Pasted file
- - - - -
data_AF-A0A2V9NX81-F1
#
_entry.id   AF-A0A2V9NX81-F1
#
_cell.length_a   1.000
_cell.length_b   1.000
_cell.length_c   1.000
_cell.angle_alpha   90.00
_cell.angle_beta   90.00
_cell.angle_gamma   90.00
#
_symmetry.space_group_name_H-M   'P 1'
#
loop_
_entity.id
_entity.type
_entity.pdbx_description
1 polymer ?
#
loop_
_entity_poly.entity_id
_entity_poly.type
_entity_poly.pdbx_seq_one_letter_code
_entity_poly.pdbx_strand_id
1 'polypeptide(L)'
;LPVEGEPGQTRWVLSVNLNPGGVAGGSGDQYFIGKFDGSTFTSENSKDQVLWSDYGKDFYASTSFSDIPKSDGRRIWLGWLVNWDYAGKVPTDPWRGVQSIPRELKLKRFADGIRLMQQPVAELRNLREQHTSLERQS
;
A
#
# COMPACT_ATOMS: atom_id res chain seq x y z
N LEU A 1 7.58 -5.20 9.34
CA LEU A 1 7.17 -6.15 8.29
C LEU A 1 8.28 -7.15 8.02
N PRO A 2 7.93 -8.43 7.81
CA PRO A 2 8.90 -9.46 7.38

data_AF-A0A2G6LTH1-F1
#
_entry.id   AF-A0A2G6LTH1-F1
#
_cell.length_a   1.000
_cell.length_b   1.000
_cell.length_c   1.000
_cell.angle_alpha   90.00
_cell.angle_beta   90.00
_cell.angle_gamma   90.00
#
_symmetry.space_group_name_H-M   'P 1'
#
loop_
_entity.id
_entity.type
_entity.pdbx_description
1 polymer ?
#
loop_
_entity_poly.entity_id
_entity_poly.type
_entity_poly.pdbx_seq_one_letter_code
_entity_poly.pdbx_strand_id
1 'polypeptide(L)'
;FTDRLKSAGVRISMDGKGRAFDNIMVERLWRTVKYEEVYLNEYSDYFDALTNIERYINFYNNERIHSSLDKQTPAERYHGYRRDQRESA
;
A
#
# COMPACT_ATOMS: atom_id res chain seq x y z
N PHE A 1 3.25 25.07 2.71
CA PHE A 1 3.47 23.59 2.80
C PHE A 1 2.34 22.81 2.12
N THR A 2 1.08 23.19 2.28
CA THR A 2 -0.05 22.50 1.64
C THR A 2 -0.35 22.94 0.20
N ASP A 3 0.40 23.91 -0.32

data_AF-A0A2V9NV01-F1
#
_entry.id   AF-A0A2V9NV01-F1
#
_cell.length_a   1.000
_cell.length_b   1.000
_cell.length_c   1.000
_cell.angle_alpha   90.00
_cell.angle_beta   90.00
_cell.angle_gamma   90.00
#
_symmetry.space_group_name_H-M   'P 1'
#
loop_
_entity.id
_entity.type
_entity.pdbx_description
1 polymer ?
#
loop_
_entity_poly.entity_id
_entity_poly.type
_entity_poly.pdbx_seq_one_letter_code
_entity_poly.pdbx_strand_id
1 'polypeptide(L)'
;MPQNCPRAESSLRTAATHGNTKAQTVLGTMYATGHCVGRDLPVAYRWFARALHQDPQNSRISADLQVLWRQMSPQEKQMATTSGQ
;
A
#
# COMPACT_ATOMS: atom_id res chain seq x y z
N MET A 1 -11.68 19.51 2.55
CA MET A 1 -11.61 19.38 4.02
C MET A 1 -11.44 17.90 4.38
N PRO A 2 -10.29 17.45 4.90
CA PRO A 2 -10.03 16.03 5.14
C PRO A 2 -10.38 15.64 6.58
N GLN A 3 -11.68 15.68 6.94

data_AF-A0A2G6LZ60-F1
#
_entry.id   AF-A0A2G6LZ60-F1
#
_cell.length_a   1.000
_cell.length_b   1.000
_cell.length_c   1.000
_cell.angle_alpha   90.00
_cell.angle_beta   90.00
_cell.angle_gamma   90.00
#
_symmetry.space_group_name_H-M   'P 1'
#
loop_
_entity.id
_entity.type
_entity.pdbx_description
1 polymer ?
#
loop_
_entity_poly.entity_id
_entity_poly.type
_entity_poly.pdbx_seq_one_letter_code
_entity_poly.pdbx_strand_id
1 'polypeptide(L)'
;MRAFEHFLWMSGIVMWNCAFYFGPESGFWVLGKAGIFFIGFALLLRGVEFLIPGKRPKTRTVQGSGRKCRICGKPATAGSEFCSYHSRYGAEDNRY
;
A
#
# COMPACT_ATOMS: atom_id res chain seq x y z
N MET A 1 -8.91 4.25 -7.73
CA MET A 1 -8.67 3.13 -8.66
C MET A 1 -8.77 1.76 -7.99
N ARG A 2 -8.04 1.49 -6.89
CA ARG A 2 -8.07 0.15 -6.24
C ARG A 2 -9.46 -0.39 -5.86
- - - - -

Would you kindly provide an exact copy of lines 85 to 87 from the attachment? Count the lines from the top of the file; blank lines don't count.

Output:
#
loop_
_entity.id